A work in progress selection of study materials for understanding the roots of today’s social, ecological, and economic issues. It is in no way comprehensive, but this Final Straw ‘course’ if you will, gets you up to speed on how the human-built world is functioning, why, and how we might create change.
The following section offers somewhat of a ‘prep-course’ sampling for anyone interested in digging into the Final Straw concept of “Food, Earth, Happiness.” These resources will help you get your feet wet in understanding modern day social and ecological issues related to agriculture and consumption, and how the solutions are all very closely associated with the Final Straw core principals.
We’re Treating the Soil like Dirt: It’s a Fatal Mistake — George Monbiot, Guardian UK
War and pestilence might kill large numbers of people, but lose the soil and everything goes with it… almost all other issues are superficial by comparison.
Only 60 Years of Farming Left if Soil Degradation Continues — Scientific American
Generating three centimeters of top soil takes 1,000 years, and if current rates of degradation continue all of the world’s top soil could be gone within 60 years, a senior UN official said.
GMO and Seed Patents are Not the Answer — Charles Eisenstein, Guardian UK
Western-style agriculture faces a mounting crisis … calling us toward more ecological farming methods that draw from the world’s ancient agricultural traditions.
The Lowdown on Topsoil: It’s Disappearing — Seattle PI
Farmers and scientists on the loss of topsoil and how no-till farming can help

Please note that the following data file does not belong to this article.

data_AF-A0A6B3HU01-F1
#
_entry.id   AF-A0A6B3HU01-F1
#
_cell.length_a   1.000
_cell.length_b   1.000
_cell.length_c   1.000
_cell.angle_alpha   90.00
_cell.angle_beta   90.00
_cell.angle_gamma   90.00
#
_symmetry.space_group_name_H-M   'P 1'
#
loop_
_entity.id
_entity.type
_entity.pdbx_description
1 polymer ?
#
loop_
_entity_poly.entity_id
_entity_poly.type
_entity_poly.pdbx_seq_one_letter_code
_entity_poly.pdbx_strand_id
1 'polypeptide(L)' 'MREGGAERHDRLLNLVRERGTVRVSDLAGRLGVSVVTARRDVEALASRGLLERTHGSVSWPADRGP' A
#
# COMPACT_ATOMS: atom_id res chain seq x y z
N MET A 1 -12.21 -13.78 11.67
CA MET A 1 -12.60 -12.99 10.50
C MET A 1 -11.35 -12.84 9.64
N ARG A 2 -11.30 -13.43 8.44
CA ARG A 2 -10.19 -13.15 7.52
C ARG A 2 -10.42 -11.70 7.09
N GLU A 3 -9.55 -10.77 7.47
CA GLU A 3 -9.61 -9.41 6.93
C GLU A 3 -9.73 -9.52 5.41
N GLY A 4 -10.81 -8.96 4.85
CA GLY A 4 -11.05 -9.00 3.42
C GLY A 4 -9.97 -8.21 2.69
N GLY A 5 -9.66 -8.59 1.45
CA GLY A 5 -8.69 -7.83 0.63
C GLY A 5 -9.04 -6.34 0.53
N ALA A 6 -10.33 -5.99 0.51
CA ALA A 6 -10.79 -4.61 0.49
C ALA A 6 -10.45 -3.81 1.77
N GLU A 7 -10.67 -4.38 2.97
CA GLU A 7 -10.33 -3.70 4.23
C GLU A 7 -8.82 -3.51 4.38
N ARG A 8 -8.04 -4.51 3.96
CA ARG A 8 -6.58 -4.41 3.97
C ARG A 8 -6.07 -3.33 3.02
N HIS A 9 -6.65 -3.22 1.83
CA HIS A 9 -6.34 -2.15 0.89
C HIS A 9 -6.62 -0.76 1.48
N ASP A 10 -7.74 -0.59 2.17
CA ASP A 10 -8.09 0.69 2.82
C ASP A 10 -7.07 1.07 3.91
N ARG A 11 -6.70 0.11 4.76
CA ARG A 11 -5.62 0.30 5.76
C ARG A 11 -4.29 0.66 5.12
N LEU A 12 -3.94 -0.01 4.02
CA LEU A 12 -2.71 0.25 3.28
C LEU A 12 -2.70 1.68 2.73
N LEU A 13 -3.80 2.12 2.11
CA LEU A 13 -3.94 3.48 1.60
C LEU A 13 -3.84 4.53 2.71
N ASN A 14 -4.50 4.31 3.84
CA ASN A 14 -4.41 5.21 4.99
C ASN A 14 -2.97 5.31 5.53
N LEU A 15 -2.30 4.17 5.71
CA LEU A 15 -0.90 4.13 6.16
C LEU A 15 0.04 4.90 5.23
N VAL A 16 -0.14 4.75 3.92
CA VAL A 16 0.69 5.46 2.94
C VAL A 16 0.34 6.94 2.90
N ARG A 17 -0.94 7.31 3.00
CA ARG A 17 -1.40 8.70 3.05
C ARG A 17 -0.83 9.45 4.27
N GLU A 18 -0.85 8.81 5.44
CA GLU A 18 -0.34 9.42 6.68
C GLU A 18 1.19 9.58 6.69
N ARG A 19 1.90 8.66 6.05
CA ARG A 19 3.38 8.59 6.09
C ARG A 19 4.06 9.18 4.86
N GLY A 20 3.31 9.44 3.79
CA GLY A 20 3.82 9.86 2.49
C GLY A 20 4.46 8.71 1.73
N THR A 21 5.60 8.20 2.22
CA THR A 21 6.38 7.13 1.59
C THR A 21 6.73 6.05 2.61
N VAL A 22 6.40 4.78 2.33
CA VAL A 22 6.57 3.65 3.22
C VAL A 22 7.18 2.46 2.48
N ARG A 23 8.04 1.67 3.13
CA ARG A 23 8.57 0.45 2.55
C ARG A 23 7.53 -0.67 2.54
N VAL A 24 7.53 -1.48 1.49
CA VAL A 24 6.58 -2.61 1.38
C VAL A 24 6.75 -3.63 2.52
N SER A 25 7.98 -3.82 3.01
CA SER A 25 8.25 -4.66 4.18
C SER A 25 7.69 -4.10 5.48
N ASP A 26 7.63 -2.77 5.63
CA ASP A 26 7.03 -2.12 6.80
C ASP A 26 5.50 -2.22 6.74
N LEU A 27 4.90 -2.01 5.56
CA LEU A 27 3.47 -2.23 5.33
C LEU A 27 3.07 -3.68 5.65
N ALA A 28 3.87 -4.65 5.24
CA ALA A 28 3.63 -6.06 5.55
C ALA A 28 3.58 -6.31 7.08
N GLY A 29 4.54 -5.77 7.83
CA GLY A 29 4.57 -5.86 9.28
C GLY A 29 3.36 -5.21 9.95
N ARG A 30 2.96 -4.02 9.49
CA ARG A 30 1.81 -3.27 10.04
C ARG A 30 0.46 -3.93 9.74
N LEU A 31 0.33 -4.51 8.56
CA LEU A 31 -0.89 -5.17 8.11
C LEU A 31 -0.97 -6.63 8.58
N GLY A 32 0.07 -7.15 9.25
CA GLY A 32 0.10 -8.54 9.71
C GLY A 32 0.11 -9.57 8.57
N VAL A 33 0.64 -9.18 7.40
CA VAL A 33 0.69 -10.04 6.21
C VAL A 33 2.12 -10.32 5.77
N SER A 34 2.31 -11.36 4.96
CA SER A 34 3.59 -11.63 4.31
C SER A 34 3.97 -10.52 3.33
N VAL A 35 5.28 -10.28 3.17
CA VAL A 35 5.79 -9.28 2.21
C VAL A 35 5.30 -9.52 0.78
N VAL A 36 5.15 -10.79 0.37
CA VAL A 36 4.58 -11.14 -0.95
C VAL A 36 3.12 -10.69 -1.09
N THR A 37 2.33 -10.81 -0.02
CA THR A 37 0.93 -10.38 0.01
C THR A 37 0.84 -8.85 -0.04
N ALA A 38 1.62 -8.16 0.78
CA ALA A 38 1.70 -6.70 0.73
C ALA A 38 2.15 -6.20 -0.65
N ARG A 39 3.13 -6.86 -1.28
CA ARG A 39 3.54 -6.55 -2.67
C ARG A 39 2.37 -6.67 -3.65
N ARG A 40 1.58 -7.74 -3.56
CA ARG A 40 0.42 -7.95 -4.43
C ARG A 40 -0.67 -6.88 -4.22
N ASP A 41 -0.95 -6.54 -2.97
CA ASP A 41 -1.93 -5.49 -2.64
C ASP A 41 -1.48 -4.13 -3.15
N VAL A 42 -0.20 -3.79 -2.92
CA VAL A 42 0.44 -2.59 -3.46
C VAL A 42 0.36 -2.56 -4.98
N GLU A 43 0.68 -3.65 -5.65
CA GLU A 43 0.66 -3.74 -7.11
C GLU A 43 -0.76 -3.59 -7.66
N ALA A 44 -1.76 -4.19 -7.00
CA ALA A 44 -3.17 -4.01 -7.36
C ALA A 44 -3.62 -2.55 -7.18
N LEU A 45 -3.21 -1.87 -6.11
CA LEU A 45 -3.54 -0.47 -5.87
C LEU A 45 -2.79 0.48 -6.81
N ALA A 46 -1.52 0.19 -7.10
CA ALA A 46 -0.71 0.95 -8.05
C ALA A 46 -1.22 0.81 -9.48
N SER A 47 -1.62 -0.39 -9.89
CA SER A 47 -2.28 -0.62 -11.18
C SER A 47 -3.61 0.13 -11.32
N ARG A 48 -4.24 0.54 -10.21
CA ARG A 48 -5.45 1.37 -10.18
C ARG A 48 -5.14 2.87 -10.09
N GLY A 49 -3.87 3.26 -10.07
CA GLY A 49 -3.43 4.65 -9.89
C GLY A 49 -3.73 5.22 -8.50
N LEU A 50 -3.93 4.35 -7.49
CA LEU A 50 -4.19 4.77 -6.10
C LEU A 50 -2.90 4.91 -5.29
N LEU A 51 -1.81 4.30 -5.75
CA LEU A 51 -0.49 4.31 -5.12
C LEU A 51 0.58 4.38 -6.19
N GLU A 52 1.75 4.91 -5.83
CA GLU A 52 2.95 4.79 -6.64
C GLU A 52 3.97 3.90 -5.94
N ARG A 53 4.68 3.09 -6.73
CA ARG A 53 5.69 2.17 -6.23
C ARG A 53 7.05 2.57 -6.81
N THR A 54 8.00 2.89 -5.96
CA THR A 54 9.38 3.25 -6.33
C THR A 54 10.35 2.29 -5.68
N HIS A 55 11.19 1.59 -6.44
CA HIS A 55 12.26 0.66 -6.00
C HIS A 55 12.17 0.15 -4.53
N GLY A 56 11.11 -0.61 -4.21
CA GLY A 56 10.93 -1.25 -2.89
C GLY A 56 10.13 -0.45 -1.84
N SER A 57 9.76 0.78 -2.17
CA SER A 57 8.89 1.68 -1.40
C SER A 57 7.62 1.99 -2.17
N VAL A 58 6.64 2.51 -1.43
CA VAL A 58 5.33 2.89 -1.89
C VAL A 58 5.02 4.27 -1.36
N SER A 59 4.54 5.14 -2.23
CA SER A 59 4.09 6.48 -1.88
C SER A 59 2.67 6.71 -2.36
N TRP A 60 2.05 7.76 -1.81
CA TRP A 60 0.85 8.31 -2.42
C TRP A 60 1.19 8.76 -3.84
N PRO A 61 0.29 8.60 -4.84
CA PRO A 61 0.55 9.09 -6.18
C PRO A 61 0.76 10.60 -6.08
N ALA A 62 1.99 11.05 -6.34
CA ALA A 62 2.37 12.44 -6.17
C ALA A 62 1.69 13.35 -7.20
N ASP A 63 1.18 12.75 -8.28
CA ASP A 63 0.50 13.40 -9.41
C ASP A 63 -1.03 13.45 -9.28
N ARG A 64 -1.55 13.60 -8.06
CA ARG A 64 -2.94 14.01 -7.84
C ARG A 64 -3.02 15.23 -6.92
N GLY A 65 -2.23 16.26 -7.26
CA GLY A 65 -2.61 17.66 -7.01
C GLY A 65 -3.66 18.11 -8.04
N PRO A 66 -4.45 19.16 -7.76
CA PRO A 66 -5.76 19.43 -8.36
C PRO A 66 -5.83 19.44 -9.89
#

Slow Soil Erosion Threatens Human Health and Welfare — Cornell Study
As a result of erosion over the past 40 years, 30 percent of the world’s arable land has become unproductive.
Oceanic Dead Zones Continue to Spread — Scientific American
Learn what ‘dead zones’ are and how agricultural chemicals contribute to this growing issue.
Permaculture and the Myth of Scarcity — Charles Eisenstein
Do we ‘need’ pesticides, fertilizers, and GMO seed to feed the world, or is it possible to grow more than enough food to feed the planet through sustainable practices?
Modern Agriculture Cultivates Climate Change – We Need Biodiversity — The Guardian
Crop-breeding innovations are merely a short-term solution for falling yields, say farmers and scientists. Only agricultural diversity, not biotechnology, can ensure food security and resilience.
GMO Promise Falls Short – New York Times
After decades of use and far-fetched promises, GMO seed has yet to show significantly better performance or lower chemical use than traditional seed breeding, and it certainly has not shown itself as a necessity to “feed the world,” as company spokespersons often claim.
The Story of Stuff — Annie Leonard
A movement of education and consumer action, the content here helps us understand our issues with consumption. These concepts help us understand why local, sustainable, regenerative practice must be at the root of agriculture and the production of all products.
The Dangerous Disconnect Between Economics and Ecology — Professor William Rees, University of British Colombia
How the world economy is depleting the earth’s natural resources, and why economists cling to models that make no reference whatsoever to the biophysical basis that underpins the economy.
The True Cost of Cheap Food — Professor Timothy Wise, Tufts University
What does cheap food have to do with widespread hunger and ecological issues? The answer is: astoundingly more than you might think.
Study on Irreversible Collapse — A short overview of a cross-disciplinary study on the causes of societal collapse and solutions from the perspective of wealth inequality and resource depletion.